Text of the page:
Section 39, now ORS 260.440, provided in substance that if upon the trial of an election contest it appeared that any person was guilty of any corrupt practice he should be punished "by being deprived of the nomination or office." The critical sentence read as follows: "The only exception to this judgment shall be that provided in section 38 of this act."

Section 38 provided for an exception if the "offense or offenses complained of were trivial, unimportant and limited in character." It is thus obvious that "material" was used in section 45 in the sense of "substantial" as compared to "trivial" and "unimportant" as used in section 38.

Section 38 is now ORS 260.430, and the words "trivial, unimportant and limited in character" remained in that section until a general revision of the election laws in 1957, when those words were eliminated. The apparent purpose of eliminating them was to further restrict the discretion granted the judiciary by section 38 to mitigate the punishment made mandatory by section 39. The 1955 Legislative Interim Committee on Elections expressed the thought in its report[2] that "the law should not authorize a court to waive prosecution in certain circumstances for `trivial' or `unimportant' offense (ORS 260.430)." The interim committee recommended[3] as follows:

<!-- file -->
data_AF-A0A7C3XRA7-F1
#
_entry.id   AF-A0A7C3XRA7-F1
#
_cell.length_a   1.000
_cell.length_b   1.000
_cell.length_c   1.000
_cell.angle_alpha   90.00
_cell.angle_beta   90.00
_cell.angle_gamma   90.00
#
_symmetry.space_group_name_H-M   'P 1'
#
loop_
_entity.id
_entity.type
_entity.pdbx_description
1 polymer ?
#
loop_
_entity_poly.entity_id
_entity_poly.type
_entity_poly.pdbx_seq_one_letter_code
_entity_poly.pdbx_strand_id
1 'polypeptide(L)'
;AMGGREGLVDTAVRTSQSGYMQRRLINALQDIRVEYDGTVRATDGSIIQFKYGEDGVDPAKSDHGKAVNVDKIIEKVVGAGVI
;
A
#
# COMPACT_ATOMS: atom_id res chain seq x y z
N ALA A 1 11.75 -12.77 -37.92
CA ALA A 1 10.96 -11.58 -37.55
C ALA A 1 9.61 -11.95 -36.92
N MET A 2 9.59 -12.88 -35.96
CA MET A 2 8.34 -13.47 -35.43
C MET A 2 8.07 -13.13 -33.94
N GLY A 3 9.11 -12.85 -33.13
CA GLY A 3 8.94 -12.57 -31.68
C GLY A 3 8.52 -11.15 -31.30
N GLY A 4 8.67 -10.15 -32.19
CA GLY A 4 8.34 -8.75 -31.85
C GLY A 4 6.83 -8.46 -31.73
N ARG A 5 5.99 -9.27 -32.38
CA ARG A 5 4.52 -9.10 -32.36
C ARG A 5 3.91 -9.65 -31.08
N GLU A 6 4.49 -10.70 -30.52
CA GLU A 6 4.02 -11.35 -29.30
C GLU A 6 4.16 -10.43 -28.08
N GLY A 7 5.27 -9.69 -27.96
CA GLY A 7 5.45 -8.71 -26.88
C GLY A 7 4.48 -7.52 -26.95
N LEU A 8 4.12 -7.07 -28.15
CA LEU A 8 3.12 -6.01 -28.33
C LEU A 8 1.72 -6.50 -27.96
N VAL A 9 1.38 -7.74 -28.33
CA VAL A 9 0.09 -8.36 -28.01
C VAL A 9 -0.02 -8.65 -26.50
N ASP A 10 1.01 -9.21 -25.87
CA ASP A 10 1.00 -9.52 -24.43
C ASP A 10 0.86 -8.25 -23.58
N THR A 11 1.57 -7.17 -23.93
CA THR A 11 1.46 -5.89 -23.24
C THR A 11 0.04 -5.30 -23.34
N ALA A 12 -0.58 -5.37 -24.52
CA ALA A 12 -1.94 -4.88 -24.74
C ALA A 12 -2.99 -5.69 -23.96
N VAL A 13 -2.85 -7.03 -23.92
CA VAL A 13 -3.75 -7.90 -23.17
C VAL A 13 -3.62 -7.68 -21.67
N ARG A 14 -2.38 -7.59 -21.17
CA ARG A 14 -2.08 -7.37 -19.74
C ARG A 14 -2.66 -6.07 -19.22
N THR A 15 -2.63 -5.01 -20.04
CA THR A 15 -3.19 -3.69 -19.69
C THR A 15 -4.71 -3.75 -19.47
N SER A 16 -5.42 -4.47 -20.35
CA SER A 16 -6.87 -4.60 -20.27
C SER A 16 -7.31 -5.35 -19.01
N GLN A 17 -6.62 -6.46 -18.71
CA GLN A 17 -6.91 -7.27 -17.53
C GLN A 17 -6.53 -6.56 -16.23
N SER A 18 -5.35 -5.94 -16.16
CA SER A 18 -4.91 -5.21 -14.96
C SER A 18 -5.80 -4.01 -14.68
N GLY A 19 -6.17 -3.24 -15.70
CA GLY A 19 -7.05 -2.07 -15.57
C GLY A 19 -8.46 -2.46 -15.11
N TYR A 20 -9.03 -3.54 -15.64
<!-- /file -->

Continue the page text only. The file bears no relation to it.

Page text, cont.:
"c. Repeal is urged for the provision (ORS 260.430) that authorizes the court hearing any corrupt-practice case which may result in removing an official from office to waive minor violations."

It thus appears that even if we were inclined to the view that Corbett's conduct was trivial and unimportant, the legislature has attempted to preclude us from mitigating the consequences as prescribed in ORS 260.440. However, we are convinced that Corbett's violation was neither trivial nor unimportant, but substantial. We need not speculate on how much advantage, if any, accrues to an incumbent in an election contest from the fact of his incumbency. We know that most, if not all, incumbents believe, as Corbett believed, that incumbency is important. We note from a casual inspection of the Voters' Pamphlet in evidence in this case that without exception the 27 candidates for re-election who advertised in that publication emphasized their incumbency. If incumbency is important to candidates, it is material.